Picture Book Resources
Cloud Dance by Thomas Locker
Locker has some simple text that accompanies gorgeous illustrations of clouds in various seasons and
types of weather.
- Art: This could be used in the art classrooms to study the way the artist used light and color.
- Weather: It could also be used in science when studying different types of clouds (the last two pages give a nice scientific summary of cloud types).
- Compare/Contrast: The artwork could also be used to stimulate compare/contrast as students look at the vastly different clouds and weather depicted on various pages.
- Descriptive Writing: Challenge students to describe the picture using only words and see if they can paint a mind picture to rival Locker's painting.
Time Flies by Eric Rothman
It's no secret I love wordless picture books, so here is another beautifully illustrated wordless story. Rothman has a little bird fly through a museum of dinosaur bones and suddenly finds itself flying amongst live dinosaurs.
- Dinosaurs: If you're looking for a quick read when studying dinosaurs, this would fit the bill. It also could help kids make connections between the skeletons of dinosaurs they see and actual creatures.
- Museum Visits: Let's face it. Sometimes field trips to museums can be boring for kids. Reading this prior to a museum trip could help you challenge students to try and imagine the things they will see back in time. What did that skeleton used to look like? Who used that tool? Come up with questions they can ask themselves to trigger the imagination and make the museum trip come to life a little bit more.
- Time Travel genre studies: If you're introducing various genres, this is a quick read that clearly illustrates the key components of time travel books.
- Writing Prompt (good for any language): Sometimes it is hard for kids (ok, and adults) to come up with ideas of what to write about during a free writing assignment. Giving them a wordless book is a good way to generate ideas. Just ask them to write the story they see or extend the story further with words.
- Point of View: You can easily challenge students to write accompanying words to this story from various points of view, whether the voice is of a narrator, of the bird, or of one of the dinosaurs that the bird flies by.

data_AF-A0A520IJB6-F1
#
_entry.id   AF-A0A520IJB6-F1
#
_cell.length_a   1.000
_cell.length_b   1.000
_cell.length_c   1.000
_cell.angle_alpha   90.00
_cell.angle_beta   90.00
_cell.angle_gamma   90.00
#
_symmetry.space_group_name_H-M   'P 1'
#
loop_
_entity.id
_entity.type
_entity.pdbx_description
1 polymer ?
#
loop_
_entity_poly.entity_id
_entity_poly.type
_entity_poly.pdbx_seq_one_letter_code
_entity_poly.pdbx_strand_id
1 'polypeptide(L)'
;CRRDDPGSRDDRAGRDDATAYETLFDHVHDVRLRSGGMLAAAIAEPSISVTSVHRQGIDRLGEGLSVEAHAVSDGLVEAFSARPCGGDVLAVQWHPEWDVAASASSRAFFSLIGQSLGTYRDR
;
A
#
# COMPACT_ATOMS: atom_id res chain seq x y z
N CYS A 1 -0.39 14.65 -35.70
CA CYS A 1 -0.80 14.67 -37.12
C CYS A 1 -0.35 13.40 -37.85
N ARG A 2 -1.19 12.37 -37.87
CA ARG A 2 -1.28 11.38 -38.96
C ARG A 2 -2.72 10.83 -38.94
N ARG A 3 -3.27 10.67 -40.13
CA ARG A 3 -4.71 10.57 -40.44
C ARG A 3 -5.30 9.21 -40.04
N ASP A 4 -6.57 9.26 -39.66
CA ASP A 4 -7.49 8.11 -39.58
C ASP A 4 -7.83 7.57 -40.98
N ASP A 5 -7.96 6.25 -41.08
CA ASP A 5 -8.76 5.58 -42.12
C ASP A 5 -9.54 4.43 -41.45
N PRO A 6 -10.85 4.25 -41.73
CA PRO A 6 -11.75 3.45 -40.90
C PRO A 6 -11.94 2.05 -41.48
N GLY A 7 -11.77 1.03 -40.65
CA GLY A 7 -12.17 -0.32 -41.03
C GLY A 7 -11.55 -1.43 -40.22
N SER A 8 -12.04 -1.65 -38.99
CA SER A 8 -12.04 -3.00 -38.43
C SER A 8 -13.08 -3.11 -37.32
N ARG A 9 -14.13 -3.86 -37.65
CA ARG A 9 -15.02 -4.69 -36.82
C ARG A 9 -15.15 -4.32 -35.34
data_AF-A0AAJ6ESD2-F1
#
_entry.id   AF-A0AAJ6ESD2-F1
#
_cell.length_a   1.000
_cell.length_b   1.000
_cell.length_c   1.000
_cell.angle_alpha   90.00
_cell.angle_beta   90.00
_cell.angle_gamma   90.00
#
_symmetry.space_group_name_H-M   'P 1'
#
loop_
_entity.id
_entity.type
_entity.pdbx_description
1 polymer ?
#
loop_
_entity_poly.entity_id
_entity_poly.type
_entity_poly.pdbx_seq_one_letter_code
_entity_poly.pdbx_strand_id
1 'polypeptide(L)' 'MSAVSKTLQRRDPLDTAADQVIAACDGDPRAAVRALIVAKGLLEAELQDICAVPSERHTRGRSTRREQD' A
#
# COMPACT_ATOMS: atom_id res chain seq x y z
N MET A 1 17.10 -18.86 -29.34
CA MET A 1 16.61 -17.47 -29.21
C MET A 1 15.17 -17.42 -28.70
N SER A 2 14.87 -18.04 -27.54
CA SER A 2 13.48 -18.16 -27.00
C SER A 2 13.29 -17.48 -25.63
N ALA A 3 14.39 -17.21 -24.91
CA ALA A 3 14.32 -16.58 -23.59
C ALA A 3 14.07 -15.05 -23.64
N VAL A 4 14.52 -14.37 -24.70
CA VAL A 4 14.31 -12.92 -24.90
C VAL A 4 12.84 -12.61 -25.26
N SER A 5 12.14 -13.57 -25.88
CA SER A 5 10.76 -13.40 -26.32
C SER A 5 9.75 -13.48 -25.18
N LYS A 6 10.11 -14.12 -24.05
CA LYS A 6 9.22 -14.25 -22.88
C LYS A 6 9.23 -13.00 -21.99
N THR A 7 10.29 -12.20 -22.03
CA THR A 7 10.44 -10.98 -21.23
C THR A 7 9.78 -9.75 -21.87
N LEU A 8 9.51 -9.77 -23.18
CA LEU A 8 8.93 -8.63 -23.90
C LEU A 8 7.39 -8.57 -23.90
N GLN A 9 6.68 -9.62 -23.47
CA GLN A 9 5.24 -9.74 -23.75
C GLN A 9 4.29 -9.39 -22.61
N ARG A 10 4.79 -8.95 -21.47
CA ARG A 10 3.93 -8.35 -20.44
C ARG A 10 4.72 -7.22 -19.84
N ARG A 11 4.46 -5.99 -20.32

- Pre-reading: I've highlighted a few wordless books, but I don't think I've mentioned how good these are for kids who aren't quite reading yet. The benefits are well-documented. You can do a search of "wordless books and teaching reading" on the internet and come up with dozens of studies. Just one of the benefits is that the progression of the story teaches kids the direction words and pages go in reading, how to turn pages, etc.. Of course, it is great to expose pre-readers to books with words too, but don't discount the value of those picture-only stories in preparing kids to read.
Climbing the Stairs by Padma Venkatraman
Vidya is from a more modern Brahmin Indian family during the beginnings of WWII. Her father is a doctor, active in the nonviolent Indian freedom movement, who believes that the caste system isn't necessarily right and that his daughter should have the freedom to go to college before marrying (uncommon at the time). Vidya's father suffers severe brain damage when beaten during a protest. At this point Vidya's life dramatically changes. Her family must then go to live with the rest of her father's family in a more traditional Brahmin household. Vidya's life is made miserable by her aunt and uncle, and she realizes she will probably never get to go to college now. The one bright spot in her life is the library, which she at first visits on the sly ‐‐since it lies up on the men’s floor where women are forbidden‐‐ and then, thanks to the all‐powerful word of thatha (her Grandfather) she is granted access to daily. Climbing the stairs to the library ends up changing her life for the better in several ways.
- Indian Culture: Though a historical fiction book, this still gives a very insightful look into Indian culture, the holidays celebrated and variety of beliefs. And it's a great book for Indian students looking for books about people from their own culture (because those are few and far between).
- Non-Western History: It's hard to find good historical fiction not set in a Western setting, but this does just that. Take a step back in time to 1940s India. How many other books can you name that took place there and then?
- WWII in India: It's not often you hear what was going on in India during WWII. Most books are focused on Europe or the Pacific, so this is a good reminder that India was also involved in the conflict.
- Women's Roles & WWII: Obviously, Vidya's various family members have a whole range of opinions about what women were allowed to do. Readers could be asked to compare Vidya's circumstances with what was going on in the rest of the world. WWII era was a big period of change world-wide, though it looked different in many areas.
- Family Units East vs West: Have readers compare and contrast how families work in India and the rest of the East with how they work in Western societies.
- Gandhi & Non-violent Protest: Vidya's family has various opinions of Gandhi and his movement. Her father loves Gandhi's ideas, but others in the family are not so sure. A great opening to talk with kids about non-violent protests vs violent protests and the effectiveness of both.